Nearly everyone can benefit from a therapeutic massage. Massage therapy is recognized as one of the oldest forms of healing known, dating back to 3000 BC. Massage therapy is a vital component of a health wellness program. Day Break can provide clients with a personalized, therapeutic treatment plan that best suits each individual’s needs. Please let your massage therapist know if you have any health problems that are listed under the ‘When should I NOT to get a massage’ section.
On your first visit, the massage therapist will require you to fill out a client information form which includes a health history. After you complete the form, the therapist will ask you general questions to establish your goals for the massage and to determine what massage modality best fits your needs. During the time of assessment, please ask any questions regarding any concerns you have about the massage. Additionally, please let the therapist know if you are expecting something in particular from the massage. For example, if you are experiencing tightness in your right shoulder, and you’d like extra attention given to it, let the therapist know. Also, let the therapist know if you prefer a lighter or deeper massage.
Once you complete the information form, the massage therapist will give you some privacy to get undressed and get on the massage table. A drape, either a sheet or towel, should be provided.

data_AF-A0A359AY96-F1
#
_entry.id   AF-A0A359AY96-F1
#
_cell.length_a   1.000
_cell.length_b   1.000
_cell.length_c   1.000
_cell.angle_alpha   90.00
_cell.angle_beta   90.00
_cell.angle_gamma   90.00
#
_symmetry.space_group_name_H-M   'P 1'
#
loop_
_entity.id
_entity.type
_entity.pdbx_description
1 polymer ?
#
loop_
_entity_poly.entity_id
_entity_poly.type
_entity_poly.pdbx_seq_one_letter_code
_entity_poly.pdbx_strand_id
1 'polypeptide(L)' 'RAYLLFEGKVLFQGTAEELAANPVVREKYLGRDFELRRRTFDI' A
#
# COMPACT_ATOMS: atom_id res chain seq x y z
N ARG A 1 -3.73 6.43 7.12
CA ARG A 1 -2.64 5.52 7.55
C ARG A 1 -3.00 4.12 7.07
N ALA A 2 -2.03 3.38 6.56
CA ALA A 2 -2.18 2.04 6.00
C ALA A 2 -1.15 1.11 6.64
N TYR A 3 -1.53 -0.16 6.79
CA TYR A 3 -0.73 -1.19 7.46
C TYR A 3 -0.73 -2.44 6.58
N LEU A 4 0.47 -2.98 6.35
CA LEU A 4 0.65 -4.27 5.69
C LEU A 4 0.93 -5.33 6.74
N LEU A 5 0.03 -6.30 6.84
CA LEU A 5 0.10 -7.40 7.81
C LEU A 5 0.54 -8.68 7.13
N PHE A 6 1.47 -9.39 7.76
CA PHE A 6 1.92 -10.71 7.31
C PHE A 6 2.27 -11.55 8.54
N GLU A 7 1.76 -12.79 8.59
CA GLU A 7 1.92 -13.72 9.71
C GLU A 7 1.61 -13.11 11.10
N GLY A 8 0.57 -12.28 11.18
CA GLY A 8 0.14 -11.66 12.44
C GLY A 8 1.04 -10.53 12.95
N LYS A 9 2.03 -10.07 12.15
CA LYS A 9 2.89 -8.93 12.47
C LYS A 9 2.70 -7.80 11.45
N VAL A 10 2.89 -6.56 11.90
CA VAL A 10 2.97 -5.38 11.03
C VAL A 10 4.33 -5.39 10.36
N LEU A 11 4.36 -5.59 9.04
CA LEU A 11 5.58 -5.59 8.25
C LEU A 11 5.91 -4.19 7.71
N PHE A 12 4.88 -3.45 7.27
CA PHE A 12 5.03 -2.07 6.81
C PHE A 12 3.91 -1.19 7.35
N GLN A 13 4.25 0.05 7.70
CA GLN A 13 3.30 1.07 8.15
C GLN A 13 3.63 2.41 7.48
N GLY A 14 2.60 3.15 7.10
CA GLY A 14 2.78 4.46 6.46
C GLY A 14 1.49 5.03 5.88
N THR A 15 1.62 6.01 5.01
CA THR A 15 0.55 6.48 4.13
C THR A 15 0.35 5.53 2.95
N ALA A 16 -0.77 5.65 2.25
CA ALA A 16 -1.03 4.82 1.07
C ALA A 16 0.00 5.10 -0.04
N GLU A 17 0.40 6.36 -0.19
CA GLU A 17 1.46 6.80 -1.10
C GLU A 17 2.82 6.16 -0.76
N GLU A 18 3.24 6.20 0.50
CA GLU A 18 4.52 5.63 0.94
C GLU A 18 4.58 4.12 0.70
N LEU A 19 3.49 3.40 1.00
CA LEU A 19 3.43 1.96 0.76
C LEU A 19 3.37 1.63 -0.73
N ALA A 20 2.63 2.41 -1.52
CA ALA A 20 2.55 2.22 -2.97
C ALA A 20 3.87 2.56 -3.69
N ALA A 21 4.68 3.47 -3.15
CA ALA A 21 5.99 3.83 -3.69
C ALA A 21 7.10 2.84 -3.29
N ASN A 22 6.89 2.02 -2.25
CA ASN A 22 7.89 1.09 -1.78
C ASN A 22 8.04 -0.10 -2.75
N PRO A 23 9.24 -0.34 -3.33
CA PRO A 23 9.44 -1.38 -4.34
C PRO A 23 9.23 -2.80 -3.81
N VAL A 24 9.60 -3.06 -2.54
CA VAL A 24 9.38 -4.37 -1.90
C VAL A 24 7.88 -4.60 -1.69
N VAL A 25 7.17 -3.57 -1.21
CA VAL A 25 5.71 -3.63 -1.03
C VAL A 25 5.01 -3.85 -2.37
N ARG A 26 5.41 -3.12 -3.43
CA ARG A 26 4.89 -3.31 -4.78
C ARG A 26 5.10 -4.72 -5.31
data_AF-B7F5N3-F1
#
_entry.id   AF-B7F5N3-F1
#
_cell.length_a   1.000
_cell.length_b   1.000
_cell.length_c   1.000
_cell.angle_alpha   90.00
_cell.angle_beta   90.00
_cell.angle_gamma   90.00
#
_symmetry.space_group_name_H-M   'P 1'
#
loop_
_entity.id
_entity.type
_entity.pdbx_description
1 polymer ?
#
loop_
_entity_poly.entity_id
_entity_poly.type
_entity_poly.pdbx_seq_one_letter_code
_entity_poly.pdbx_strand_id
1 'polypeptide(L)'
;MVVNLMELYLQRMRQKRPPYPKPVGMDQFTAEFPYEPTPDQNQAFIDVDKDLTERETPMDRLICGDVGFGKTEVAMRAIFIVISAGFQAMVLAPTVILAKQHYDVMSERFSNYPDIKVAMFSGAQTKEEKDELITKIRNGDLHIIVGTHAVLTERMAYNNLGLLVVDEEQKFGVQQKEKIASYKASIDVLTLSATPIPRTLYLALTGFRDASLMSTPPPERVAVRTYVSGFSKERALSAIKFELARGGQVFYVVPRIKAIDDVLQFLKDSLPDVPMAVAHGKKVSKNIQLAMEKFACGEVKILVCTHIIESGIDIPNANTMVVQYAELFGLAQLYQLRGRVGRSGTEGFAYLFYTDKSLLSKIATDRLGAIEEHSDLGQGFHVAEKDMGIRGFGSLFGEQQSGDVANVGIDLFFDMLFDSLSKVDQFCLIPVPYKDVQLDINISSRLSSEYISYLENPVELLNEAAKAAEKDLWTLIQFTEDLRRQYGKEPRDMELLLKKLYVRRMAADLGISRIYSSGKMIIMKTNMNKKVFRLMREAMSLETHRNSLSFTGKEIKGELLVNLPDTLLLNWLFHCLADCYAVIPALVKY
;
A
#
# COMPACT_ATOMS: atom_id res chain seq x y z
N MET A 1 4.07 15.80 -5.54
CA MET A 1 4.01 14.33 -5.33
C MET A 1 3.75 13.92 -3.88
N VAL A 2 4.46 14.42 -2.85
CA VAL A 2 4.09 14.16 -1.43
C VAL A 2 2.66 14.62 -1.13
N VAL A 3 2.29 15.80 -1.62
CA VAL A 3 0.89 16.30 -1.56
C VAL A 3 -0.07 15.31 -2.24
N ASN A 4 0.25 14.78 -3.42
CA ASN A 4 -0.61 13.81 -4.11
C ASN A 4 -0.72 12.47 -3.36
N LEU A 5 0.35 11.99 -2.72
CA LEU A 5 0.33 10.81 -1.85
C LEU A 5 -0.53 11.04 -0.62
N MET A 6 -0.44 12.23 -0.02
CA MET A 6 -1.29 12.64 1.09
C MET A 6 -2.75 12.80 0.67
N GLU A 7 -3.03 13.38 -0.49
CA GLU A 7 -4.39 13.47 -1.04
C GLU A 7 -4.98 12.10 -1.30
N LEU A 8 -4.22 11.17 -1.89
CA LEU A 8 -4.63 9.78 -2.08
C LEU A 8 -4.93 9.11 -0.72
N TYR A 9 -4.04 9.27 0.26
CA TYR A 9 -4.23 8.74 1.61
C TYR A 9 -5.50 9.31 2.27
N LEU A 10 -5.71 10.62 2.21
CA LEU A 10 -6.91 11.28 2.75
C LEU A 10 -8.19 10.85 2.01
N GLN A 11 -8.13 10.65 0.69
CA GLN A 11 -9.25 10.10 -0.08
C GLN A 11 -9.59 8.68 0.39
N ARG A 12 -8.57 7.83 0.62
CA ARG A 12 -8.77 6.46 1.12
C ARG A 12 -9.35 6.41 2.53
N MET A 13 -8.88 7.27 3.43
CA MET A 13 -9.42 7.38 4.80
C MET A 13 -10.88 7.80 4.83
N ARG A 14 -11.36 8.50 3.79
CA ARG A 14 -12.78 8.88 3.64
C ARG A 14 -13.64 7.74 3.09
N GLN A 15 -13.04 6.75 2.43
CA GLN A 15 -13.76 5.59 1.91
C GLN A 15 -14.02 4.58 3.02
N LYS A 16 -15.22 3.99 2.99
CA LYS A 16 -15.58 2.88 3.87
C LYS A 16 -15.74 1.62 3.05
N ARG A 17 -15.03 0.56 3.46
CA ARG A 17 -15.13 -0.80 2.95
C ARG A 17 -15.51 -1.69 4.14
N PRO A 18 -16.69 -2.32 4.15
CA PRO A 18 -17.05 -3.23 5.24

Once you’re undressed and under the drape, the therapist will come back into the room. For the most part, your work is done, and all you have to do is relax and enjoy. The therapist will undrape the section of the body that they will work on first, and apply oil or lotion to the skin. The therapist will use a variety of strokes, including some rubbing, kneading, vibration, percussion, and whatever they think will work best for your muscles. After the massage is over, the therapist will go out of the treatment room and allow you time to redress. Once you are dressed, the therapist will return. At this time, tell them how you feel, and let them know if you have any concerns. You can then settle the bill, and make your next appointment.
That depends on the type of massage and the depth of the strokes. A light massage that doesn’t probe very deeply into muscles should not be painful. At the same time, a light massage will not likely be effective in alleviating deeper muscular stress in the body. A muscle that is relaxed will be supple and soft and won’t hurt when massaged. Muscles that are tight, and in many cases have been chronically tight for a long time, may have that “good hurt” feeling with a deeper massage. Muscles can be very sore from overuse or tightness, however, and that good hurt can become painful. A sharp pain may indicate a muscle that has been injured and has some sort of inflammation. In this case, you don’t want the deep work to continue in this area.
Every person has a different threshold of pain. The depth of a stroke may not be deep enough for one person’s liking and may cause pain for another. Some people want the massage as deep as possible regardless of the soreness. Others want something much lighter, more pleasing, to help them relax rather than deeper work that may cause soreness. Make your preference known to the therapist, and give feedback at any time during a massage if the depth of the strokes is more than you’d like.